Bank of Canada sees rising global debt as top threat to growth
(Adds more comments from Wilkins)
By Julie Gordon
OTTAWA, March 14 (Reuters) - Rising global debt is slowing
economic growth and making Canada, and the rest of the world,
more vulnerable to another period of financial instability, Bank
of Canada senior deputy governor Carolyn Wilkins said on
Speaking to an audience of financial professionals and
students in Vancouver, she noted that while the global financial
system is in a better place than it was a decade ago, trade
uncertainties and other geopolitical risks could throw things
"Global debt now totals around $240 trillion - that's $100
trillion higher than just before the financial crisis," Wilkins
said, adding: "That is a headwind to growth and makes us
vulnerable to another period of financial instability."
On the domestic front, Wilkins said that high household debt
levels are "our No. 1 domestic financial vulnerability," but
later added that more stringent mortgage rules introduced last
year had improved the quality of new borrowing.
Canadian household debt-to-income widened to a record 174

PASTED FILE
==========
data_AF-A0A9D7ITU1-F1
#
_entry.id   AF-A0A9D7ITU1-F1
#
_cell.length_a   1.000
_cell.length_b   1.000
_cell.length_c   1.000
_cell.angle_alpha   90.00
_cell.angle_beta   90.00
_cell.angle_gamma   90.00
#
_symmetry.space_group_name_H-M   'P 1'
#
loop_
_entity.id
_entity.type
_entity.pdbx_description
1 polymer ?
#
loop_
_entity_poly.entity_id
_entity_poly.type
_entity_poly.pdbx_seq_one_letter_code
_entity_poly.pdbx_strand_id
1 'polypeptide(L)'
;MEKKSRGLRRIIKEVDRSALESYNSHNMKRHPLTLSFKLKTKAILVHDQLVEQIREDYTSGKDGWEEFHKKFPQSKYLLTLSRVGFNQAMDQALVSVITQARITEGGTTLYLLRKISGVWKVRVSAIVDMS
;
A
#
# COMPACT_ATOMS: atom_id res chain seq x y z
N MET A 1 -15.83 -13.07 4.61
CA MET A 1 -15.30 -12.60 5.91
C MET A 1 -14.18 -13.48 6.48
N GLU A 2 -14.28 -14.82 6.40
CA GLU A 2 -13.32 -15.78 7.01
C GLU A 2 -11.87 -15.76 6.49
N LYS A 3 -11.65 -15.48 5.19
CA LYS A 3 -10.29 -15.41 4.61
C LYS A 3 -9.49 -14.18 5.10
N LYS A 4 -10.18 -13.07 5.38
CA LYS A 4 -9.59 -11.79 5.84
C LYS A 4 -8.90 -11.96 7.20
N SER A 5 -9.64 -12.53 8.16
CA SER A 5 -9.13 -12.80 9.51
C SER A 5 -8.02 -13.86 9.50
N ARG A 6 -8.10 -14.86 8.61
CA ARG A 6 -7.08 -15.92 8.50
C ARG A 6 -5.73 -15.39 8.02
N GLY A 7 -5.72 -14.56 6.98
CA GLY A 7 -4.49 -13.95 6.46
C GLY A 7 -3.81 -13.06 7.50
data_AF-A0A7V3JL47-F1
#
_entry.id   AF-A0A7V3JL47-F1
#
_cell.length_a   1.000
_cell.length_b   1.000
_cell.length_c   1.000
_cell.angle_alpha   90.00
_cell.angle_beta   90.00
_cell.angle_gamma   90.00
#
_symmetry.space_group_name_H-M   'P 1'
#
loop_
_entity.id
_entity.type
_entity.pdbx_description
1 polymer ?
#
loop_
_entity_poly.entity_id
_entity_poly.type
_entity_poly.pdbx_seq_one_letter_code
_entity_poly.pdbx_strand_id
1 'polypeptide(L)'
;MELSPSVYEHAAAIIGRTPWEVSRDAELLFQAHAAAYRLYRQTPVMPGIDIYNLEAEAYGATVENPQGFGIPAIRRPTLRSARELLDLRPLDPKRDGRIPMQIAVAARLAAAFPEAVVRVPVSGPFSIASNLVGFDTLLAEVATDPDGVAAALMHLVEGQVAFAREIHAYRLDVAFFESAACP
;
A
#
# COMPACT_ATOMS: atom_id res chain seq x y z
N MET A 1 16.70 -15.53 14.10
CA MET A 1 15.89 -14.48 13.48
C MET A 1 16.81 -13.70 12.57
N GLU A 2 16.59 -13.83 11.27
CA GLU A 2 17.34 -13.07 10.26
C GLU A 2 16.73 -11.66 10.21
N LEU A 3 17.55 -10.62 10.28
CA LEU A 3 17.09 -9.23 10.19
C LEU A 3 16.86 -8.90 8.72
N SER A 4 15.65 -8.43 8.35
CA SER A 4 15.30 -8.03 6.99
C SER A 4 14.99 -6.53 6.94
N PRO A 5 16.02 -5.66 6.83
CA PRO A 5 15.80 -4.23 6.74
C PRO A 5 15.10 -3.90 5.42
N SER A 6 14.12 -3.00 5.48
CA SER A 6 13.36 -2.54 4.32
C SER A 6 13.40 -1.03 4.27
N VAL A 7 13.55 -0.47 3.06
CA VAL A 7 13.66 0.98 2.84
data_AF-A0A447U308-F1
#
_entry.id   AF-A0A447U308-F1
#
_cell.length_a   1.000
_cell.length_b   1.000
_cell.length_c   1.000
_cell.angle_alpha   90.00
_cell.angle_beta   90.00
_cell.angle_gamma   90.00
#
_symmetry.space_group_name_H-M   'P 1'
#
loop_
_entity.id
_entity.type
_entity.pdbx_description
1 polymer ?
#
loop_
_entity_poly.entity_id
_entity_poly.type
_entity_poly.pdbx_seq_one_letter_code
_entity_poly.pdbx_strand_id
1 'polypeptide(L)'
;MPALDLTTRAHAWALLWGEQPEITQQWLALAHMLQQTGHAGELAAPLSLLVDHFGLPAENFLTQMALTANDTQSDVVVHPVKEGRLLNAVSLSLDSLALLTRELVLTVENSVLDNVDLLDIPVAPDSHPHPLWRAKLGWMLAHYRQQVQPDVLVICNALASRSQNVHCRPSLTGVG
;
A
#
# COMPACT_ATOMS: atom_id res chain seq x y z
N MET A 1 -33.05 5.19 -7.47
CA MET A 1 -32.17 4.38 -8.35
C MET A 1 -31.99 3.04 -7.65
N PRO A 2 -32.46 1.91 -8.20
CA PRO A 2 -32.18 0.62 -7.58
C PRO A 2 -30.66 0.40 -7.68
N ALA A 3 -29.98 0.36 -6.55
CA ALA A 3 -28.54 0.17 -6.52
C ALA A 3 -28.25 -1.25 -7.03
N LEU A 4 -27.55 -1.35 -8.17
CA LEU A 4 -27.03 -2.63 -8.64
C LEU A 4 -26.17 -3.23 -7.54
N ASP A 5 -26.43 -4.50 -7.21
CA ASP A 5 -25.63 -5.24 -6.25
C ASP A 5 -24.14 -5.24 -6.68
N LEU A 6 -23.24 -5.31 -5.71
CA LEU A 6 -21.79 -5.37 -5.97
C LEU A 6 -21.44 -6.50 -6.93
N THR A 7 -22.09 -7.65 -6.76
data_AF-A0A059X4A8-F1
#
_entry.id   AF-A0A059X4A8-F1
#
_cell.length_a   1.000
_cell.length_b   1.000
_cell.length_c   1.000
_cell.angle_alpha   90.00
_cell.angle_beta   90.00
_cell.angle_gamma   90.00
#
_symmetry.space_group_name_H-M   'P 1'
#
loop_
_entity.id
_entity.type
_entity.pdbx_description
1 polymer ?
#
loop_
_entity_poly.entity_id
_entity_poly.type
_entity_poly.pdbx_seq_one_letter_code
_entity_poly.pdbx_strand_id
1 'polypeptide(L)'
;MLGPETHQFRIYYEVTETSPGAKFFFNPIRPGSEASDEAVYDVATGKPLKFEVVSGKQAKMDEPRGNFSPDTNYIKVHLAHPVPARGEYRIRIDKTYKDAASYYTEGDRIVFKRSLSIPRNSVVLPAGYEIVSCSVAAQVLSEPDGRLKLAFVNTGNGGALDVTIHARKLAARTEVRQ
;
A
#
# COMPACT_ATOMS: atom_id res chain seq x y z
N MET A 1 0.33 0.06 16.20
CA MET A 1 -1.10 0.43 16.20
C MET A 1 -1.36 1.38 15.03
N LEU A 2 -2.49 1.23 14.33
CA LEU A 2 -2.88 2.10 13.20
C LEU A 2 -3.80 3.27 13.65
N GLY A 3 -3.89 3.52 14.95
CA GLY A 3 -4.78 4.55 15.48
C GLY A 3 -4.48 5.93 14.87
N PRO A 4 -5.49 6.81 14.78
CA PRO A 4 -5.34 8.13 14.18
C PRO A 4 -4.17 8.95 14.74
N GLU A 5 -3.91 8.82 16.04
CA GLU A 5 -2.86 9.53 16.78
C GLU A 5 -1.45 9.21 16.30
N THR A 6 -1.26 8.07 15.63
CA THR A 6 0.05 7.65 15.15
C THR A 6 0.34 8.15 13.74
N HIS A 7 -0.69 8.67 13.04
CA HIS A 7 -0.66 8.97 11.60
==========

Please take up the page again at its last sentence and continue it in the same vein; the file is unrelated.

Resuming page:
percent in the fourth quarter of 2018, Statistics Canada said
earlier on Thursday.
The Bank of Canada - which has hiked rates five times since
July 2017 - stayed on the sidelines in its rate decision last
week, warning there was "increased uncertainty" on the timing of
future hikes and removing wording around the need for rates to
rise to the neutral range over time.
Wilkins did not mention the need for further rate hikes in
her speech but when asked later about the neutral range said
that changes in interest rates will now "have a stronger effect
than they had in past because people are so indebted."
She also spoke about rising non-financial corporate debt as
investment funds have filled a gap left by retreating banks,
noting that while banks face stringent stress tests it is less
clear how funds would react to an adverse shock.
"I wouldn't want to leave the impression that I think that
shadow banking is something you want to stamp out. It's just
something you want to put guardrails around," she said.
On the trade front, Wilkins said a long-lasting resolution
to the current U.S.-China trade war was needed, as the conflict
was threatening growth around the world.
"In a trade war, no one gains and everyone loses," she said.
U.S. Treasury Secretary Steven Mnuchin said Thursday that a
summit to seal a deal would not happen at the end of March as
discussed as more work is needed.
(Additional reporting by Dale Smith in Ottawa; Editing by
Cynthia Osterman and Lisa Shumaker)
First Published: 2019-03-15 01:05:54
Updated 2019-03-15 02:45:09
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